Great Lakes Bioenergy Research Center researchers Ben Hall and Daniel Parrell are the winners of the 2023 Outreach and Service Award in recognition of their contributions to the center’s mission.
The award, established in 2019 with support from industry partners, recognizes GLBRC members who have demonstrated a spirit of generosity in sharing science with the public. Such efforts may include participating in or coordinating outreach programming, dedicating time to support service activities, or sharing expertise with public audiences during their time in the GLBRC.
Hall, a fifth-year Ph.D. student in the Donohue lab at UW–Madison, works on and off campus to expose undergraduates and high school students to science, technology, engineering, and math (or STEM). For the past three years, Hall has served as a coach for the Madison West High School Science Olympiad team. Science Olympiad is a national organization where teams of middle and high school students learn about science through written and lab-based competitions. Through his coaching, Hall sharpens his teaching skills, applying what he learned in professional development workshops to prepare weekly lesson plans and activities around cell biology.
Hall is also an instructor for a summer undergraduate course introducing incoming freshmen to biology and the resources to succeed in STEM classes and helps with Science Expeditions, where he leads hands-on activities to engage children and their families with science.
“It's hard to encourage students to go into STEM fields if they haven't been exposed to STEM classes or done some of the cool experiments we have at outreach events,” Hall says. “Helping students think about science in ways that are interesting and applicable to them early on is important for getting students to want to pursue careers in STEM.”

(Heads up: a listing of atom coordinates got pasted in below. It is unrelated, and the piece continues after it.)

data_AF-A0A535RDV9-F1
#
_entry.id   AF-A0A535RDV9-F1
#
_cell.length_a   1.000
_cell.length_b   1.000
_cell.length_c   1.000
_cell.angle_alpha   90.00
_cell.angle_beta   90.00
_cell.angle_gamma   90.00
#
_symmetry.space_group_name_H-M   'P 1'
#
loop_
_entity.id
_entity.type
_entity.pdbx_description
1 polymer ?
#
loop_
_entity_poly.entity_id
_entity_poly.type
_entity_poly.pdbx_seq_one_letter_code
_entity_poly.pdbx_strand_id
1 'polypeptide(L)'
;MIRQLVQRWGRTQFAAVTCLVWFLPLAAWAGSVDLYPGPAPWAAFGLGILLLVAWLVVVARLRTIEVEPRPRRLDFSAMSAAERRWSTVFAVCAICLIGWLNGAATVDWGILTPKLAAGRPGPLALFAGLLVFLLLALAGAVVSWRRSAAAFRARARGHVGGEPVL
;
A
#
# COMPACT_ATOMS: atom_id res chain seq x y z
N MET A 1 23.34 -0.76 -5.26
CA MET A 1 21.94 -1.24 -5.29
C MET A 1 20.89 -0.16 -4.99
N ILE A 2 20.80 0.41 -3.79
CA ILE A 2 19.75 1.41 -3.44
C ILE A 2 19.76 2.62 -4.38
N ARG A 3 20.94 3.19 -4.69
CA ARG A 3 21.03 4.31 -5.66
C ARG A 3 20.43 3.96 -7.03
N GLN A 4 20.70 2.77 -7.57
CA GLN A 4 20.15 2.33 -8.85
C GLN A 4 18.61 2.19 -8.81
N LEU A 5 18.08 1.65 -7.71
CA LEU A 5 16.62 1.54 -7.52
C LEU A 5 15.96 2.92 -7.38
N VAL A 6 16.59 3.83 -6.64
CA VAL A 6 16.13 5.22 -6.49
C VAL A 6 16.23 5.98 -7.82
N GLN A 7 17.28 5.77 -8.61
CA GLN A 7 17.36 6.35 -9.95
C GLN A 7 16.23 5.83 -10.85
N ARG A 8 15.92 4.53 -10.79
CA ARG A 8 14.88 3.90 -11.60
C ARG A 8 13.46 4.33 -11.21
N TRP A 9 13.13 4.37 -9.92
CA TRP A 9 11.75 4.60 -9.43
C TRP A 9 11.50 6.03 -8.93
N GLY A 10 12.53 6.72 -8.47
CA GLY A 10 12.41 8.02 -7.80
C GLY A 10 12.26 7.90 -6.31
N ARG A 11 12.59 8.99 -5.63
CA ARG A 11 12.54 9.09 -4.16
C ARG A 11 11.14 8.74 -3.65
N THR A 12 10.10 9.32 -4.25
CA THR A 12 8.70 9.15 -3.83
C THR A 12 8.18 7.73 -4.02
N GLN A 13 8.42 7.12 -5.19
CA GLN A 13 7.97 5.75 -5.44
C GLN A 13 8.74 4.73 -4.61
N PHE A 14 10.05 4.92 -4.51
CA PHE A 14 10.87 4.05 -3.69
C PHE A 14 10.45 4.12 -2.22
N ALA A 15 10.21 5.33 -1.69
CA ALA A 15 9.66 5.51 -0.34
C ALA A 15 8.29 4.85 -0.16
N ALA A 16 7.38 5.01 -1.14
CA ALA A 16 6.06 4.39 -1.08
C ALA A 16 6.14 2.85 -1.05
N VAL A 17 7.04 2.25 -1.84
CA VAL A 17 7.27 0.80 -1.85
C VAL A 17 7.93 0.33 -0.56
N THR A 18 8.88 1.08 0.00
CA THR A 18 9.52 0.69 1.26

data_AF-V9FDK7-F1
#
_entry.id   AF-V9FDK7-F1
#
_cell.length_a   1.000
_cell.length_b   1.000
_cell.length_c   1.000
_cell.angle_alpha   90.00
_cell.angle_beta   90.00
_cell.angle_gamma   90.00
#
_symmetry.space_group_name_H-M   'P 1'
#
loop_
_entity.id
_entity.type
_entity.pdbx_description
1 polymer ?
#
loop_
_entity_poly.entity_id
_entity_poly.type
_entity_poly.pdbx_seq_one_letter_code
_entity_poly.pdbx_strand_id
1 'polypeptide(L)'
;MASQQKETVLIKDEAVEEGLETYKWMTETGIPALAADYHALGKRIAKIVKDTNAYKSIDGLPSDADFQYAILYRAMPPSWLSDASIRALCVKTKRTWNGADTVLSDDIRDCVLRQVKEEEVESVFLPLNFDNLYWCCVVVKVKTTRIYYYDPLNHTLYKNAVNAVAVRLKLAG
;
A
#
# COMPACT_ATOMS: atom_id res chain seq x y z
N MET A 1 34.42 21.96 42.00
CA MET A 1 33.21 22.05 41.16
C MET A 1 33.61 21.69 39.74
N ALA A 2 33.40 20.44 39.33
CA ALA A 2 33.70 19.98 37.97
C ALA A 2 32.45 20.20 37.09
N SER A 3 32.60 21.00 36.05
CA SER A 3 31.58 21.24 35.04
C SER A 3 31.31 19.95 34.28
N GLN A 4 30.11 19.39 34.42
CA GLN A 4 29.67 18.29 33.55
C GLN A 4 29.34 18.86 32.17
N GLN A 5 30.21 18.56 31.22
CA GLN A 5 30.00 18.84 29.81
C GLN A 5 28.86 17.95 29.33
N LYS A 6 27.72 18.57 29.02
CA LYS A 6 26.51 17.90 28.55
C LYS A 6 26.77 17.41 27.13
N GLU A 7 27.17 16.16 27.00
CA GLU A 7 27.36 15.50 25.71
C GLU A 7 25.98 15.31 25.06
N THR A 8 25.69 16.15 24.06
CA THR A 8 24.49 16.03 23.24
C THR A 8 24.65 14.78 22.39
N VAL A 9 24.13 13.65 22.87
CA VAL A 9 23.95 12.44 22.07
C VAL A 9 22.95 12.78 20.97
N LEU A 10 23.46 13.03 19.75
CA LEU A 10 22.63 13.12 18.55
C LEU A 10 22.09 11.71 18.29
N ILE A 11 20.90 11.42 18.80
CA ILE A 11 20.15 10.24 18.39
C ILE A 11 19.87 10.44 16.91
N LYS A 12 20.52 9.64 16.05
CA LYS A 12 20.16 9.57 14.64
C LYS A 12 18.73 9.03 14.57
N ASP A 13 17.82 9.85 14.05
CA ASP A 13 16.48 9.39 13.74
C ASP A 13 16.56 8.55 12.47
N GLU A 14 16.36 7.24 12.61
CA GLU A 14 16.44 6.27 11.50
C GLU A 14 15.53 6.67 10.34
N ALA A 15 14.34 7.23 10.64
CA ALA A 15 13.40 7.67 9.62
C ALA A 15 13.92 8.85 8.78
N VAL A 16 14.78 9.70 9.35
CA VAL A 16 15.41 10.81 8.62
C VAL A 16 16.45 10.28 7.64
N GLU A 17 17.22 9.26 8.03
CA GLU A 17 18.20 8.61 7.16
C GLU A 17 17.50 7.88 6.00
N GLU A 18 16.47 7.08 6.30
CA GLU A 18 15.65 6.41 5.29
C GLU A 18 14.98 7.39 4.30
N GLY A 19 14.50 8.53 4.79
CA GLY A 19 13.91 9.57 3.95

As co-director of the UW-Biocore’s Wisconsin Heights Summer Science Camp, Parrell enjoys helping students find their science “spark.” Parrell has been involved with the week-long program since he was a camper and transitioned to a student teacher after he joined the Biocore program as an undergraduate at UW–Madison. He made it a priority to come back to Madison and help with the genetics unit of the camp even in graduate school at Michigan State University, understanding the impact programs like these have on students' interest in science and research.
“We all interact with science every single day. We all see the world around us and make conclusions based on the things that we see,” he says. “It’s really impactful to show kids that you don't have to be in a lab coat in order to be a scientist. Scientists are people of all races, people of all genders.”
Parrell, a post-doctoral researcher in the Wright lab at UW–Madison, has also talked with policymakers about the importance of bioenergy research. He led a tour of the Cryo-Electron Microscopy Research Center at UW–Madison to Wisconsin Congressional representatives, showcasing how federal grants are furthering scientific innovation.
“Outreach helps educate the public on the important work that we do at our public universities,” Parrell says. “It's important that as scientists, we're able to communicate with the public about what we're doing and how it is affecting them.”